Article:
Background/Context: Manual therapists utilise a range of techniques in the clinical practice to manage predominantly musculoskeletal complaints. There are, however, a number of practitioners who utilise techniques that are directed towards the bodies’ visceral structures. Osteopaths are one such professional group that utilise these techniques in their practice. Like many health professions, the identity of the osteopathy profession is evolving, and the techniques osteopaths use form part of this identity. Objective: Explore free text responses to a questionnaire about the use of techniques directed towards the viscera. Methods/Design: Australian osteopaths who were part of a practice-based research network, were invited to complete a survey about their use of techniques applied to the viscera. Participants were also invited to provide free-text responses to a number of items related to the use of these techniques. Free-text responses were thematically analysed. Participants: 137 participants completed the survey. Results: Three themes were identified: being an osteopath; applying visceral techniques in practice - evidence conflicts with practice; and, inadequate education in visceral techniques. Conclusions: Participant responses resonated with the internal (own world views, beliefs) and external (external perceptions of the profession, education) influences that underpin the theory of a professions’ identity. Our work demonstrates that the Australian osteopathy profession exhibits an identity similar to other manual therapies - the profession is somewhat fragmented in its views about its practice. Additional research is required to explore whether other manual therapy techniques used by osteopaths elicit similar responses and how those external to the profession perceive it.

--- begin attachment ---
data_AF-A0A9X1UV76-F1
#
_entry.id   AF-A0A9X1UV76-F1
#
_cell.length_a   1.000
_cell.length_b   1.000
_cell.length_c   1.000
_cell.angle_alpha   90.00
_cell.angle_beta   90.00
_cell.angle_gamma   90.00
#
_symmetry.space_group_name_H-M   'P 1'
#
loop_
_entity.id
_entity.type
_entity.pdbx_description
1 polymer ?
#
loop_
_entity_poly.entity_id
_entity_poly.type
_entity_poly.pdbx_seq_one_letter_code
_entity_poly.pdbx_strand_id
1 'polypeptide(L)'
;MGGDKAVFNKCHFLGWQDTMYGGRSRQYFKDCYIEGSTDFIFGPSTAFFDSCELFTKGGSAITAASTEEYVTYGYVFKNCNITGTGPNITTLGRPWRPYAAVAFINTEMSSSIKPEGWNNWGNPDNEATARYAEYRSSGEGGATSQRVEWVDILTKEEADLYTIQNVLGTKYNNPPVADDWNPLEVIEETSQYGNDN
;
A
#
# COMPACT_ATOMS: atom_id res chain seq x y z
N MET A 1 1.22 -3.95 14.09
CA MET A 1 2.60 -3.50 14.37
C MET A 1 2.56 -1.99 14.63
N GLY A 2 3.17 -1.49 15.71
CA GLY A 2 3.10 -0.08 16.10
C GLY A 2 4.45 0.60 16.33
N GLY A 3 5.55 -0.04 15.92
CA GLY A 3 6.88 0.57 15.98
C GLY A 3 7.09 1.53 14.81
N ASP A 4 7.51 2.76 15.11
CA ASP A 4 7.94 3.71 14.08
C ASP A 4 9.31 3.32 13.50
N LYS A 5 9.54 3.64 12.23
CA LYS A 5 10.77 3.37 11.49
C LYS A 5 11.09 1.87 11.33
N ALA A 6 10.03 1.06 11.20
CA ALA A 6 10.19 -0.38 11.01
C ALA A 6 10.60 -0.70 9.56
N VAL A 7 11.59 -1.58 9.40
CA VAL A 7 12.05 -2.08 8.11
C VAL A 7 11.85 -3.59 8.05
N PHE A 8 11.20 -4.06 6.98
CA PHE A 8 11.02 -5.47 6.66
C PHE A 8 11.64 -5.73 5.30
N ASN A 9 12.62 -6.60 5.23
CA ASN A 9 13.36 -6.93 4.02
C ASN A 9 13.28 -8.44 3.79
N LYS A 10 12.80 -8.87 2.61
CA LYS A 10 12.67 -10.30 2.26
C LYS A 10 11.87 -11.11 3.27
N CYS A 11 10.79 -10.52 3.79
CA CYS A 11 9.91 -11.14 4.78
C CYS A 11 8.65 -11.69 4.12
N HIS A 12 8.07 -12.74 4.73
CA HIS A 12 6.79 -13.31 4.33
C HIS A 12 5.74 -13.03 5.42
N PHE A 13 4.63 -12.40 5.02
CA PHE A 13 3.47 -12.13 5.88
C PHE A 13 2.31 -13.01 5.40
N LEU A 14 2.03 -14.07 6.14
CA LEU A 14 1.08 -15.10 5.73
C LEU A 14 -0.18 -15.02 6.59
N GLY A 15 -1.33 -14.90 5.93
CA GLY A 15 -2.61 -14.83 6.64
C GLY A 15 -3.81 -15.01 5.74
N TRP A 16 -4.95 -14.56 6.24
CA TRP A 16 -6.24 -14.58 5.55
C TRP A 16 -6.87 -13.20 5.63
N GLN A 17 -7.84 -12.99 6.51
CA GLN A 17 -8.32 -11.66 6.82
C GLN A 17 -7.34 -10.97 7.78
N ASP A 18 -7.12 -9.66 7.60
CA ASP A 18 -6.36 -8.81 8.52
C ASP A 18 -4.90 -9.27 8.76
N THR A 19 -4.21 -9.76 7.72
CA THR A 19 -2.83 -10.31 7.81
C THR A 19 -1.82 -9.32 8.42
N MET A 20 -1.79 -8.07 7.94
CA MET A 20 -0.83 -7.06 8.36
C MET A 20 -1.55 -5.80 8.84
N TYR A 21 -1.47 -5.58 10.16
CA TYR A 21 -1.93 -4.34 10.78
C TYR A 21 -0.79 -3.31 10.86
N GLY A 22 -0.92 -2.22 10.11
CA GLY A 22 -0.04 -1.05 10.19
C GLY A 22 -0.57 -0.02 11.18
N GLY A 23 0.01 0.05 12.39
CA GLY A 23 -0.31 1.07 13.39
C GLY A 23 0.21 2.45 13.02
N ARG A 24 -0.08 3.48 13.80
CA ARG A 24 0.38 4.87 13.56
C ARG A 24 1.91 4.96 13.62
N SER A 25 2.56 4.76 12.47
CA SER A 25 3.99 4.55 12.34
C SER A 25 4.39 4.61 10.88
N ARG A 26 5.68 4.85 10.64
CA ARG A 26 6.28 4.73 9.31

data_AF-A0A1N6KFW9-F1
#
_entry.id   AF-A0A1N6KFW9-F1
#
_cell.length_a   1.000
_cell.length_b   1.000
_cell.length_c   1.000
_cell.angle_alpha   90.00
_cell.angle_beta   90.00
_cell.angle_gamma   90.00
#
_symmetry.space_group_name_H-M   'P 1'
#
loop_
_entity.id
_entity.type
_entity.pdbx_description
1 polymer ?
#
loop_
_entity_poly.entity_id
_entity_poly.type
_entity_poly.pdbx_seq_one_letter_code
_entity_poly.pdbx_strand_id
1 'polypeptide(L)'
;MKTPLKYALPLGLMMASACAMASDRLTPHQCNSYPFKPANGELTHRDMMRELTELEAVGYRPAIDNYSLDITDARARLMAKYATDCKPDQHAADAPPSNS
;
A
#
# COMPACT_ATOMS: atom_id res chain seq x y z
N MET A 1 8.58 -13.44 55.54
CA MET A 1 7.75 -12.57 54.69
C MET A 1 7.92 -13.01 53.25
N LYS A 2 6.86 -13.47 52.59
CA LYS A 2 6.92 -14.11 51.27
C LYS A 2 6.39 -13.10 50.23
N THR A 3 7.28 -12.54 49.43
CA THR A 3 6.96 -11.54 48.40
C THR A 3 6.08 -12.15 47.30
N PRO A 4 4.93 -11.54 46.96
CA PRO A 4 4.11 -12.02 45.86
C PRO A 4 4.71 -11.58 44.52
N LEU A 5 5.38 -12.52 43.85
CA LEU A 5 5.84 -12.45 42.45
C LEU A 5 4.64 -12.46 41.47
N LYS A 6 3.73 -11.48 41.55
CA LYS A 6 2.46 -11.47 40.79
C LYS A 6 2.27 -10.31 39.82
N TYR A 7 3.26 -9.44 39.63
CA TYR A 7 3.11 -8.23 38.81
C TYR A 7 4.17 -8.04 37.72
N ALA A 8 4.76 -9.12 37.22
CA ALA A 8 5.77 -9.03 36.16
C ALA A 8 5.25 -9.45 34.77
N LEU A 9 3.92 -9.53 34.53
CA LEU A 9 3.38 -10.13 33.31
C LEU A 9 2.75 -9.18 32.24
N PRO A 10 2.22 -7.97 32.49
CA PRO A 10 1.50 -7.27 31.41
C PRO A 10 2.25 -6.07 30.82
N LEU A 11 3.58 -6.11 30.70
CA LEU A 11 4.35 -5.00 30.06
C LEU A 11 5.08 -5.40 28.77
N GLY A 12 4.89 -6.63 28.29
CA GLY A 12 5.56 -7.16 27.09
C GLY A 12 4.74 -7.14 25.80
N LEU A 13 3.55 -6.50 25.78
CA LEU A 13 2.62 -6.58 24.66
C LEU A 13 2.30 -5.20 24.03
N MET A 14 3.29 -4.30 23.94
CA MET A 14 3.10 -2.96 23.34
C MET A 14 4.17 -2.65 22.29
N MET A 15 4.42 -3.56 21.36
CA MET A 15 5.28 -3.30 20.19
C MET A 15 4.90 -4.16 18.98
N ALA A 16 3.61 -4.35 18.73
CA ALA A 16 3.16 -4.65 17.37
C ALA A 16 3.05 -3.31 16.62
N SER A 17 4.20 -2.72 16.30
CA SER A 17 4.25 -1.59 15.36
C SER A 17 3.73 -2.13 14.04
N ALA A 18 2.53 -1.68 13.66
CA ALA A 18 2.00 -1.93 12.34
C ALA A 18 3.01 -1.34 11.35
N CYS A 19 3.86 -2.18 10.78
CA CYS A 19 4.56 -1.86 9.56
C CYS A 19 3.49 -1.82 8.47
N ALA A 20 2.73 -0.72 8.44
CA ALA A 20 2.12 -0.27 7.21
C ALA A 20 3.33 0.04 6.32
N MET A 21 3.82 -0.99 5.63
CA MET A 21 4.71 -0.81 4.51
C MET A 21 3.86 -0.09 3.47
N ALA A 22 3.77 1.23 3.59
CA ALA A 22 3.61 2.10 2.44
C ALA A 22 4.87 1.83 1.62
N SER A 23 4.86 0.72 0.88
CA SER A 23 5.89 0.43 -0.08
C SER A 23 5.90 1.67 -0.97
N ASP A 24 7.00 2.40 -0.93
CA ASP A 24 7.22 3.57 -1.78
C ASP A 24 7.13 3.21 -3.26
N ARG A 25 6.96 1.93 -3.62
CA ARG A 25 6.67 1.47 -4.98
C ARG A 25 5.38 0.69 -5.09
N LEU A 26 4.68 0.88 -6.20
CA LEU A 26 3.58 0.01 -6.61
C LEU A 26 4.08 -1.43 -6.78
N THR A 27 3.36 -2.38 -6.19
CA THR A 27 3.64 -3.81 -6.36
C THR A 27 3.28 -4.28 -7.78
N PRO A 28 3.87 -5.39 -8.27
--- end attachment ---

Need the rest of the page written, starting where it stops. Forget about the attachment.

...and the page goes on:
- qualitative research
- visceral osteopathy